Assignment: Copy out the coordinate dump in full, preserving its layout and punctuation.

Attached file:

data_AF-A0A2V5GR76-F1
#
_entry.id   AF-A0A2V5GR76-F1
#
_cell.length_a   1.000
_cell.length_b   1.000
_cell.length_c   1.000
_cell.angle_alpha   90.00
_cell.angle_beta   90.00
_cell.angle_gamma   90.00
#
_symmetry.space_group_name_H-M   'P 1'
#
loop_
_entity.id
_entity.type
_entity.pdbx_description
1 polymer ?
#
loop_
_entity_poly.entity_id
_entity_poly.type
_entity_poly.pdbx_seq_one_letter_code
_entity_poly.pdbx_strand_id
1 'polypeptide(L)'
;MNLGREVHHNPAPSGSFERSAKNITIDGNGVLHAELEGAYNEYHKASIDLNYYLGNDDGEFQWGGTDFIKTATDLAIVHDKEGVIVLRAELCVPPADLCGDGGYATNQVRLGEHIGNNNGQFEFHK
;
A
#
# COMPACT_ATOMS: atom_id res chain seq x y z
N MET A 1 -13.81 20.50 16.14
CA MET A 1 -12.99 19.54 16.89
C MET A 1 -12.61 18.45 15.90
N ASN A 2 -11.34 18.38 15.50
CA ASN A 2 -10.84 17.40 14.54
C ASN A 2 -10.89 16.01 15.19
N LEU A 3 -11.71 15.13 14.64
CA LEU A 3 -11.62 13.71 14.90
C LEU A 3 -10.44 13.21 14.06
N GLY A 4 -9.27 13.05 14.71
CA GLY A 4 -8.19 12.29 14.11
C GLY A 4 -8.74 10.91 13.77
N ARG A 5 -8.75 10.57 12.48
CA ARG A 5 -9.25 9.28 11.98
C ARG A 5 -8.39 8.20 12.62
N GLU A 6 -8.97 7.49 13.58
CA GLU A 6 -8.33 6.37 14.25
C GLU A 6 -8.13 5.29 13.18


data_AF-A0A2V5GR76-F1
#
_entry.id   AF-A0A2V5GR76-F1
#
_cell.length_a   1.000
_cell.length_b   1.000
_cell.length_c   1.000
_cell.angle_alpha   90.00
_cell.angle_beta   90.00
_cell.angle_gamma   90.00
#
_symmetry.space_group_name_H-M   'P 1'
#
loop_
_entity.id
_entity.type
_entity.pdbx_description
1 polymer ?
#
loop_
_entity_poly.entity_id
_entity_poly.type
_entity_poly.pdbx_seq_one_letter_code
_entity_poly.pdbx_strand_id
1 'polypeptide(L)'
;MNLGREVHHNPAPSGSFERSAKNITIDGNGVLHAELEGAYNEYHKASIDLNYYLGNDDGEFQWGGTDFIKTATDLAIVHDKEGVIVLRAELCVPPADLCGDGGYATNQVRLGEHIGNNNGQFEFHK
;
A
#
# COMPACT_ATOMS: atom_id res chain seq x y z
N MET A 1 -13.81 20.50 16.14
CA MET A 1 -12.99 19.54 16.89
C MET A 1 -12.61 18.45 15.90
N ASN A 2 -11.34 18.38 15.50
CA ASN A 2 -10.84 17.40 14.54
C ASN A 2 -10.89 16.01 15.19
N LEU A 3 -11.71 15.13 14.64
CA LEU A 3 -11.62 13.71 14.90
C LEU A 3 -10.44 13.21 14.06
N GLY A 4 -9.27 13.05 14.71
CA GLY A 4 -8.19 12.29 14.11
C GLY A 4 -8.74 10.91 13.77
N ARG A 5 -8.75 10.57 12.48
CA ARG A 5 -9.25 9.28 11.98
C ARG A 5 -8.39 8.20 12.62
N GLU A 6 -8.97 7.49 13.58
CA GLU A 6 -8.33 6.37 14.25
C GLU A 6 -8.13 5.29 13.18